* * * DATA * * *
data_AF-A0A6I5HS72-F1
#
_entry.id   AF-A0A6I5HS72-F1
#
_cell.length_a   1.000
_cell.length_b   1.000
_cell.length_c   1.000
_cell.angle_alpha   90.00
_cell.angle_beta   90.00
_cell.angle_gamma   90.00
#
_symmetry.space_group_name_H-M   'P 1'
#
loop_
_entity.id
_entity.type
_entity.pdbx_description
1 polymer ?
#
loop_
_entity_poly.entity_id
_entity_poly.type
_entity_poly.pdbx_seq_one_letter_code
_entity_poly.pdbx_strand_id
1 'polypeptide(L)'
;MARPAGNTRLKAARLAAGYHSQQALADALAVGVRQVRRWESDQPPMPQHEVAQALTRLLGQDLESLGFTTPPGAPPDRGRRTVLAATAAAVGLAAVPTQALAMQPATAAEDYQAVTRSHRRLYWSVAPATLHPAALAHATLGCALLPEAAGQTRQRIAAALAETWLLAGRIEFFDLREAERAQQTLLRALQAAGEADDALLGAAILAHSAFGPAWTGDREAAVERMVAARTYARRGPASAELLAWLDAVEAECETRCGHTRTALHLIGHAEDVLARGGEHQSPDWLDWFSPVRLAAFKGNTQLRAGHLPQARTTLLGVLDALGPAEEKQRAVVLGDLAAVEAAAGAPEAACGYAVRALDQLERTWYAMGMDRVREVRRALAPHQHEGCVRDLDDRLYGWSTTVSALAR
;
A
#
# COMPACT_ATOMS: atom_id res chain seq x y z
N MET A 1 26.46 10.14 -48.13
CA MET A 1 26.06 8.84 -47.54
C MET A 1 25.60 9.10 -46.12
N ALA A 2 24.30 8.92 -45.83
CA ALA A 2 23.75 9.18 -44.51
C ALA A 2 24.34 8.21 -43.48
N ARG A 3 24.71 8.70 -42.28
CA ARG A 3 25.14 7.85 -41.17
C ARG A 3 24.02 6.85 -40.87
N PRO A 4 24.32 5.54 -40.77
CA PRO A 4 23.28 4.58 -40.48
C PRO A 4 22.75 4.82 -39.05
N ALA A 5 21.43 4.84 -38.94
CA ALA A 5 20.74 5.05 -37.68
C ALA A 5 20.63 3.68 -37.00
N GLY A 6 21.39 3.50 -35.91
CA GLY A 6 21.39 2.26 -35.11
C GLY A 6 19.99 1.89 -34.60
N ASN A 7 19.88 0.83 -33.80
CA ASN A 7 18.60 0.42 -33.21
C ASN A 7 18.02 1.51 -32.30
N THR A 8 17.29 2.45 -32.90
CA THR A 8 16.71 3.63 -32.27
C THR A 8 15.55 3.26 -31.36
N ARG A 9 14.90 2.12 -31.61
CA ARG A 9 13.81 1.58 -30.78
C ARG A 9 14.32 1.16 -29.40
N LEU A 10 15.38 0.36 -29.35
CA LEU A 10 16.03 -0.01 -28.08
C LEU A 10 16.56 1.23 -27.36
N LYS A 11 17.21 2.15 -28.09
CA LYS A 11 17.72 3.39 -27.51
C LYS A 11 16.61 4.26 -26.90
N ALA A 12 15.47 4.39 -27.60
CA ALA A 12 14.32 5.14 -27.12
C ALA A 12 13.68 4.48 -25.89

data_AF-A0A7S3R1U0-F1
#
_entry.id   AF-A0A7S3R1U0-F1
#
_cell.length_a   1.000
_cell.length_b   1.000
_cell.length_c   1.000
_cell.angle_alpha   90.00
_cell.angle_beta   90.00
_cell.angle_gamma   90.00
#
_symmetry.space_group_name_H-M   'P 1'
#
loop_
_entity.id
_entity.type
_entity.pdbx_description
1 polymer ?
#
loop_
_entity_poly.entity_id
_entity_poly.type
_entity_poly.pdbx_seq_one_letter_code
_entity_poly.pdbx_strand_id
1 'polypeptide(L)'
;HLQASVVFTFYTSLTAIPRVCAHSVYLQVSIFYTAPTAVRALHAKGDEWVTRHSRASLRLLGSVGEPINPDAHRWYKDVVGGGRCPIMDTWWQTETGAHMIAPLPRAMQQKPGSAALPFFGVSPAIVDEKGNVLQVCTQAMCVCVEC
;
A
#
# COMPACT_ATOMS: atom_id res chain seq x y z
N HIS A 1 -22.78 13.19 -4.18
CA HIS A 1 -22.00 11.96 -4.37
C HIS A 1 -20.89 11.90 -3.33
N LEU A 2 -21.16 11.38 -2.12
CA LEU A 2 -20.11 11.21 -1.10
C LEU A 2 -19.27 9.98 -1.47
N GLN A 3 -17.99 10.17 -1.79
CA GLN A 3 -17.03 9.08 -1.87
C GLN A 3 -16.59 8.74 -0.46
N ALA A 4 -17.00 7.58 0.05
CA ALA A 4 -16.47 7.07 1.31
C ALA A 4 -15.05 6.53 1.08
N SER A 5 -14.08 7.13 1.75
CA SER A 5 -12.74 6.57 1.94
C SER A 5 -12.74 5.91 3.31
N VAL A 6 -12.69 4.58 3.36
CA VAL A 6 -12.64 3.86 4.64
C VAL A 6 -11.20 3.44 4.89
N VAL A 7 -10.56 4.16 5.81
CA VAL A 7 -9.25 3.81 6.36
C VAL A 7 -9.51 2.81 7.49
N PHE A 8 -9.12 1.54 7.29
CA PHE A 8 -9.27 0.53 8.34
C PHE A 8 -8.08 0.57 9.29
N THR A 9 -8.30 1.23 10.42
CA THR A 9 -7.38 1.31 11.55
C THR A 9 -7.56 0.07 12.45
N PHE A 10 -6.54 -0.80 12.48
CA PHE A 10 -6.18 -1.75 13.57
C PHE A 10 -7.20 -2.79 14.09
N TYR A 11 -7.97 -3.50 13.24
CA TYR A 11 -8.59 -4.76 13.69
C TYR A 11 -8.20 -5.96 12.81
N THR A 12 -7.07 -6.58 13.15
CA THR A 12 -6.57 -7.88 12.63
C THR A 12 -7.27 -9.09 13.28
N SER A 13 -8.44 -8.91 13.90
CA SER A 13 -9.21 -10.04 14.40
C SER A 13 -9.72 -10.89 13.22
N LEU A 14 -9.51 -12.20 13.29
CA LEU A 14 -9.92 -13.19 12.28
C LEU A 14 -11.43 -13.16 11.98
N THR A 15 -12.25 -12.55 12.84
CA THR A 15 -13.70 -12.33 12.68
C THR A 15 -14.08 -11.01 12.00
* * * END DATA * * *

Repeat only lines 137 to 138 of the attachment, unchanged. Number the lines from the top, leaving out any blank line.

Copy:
CA LEU A 14 -9.92 -13.19 12.28
C LEU A 14 -11.43 -13.16 11.98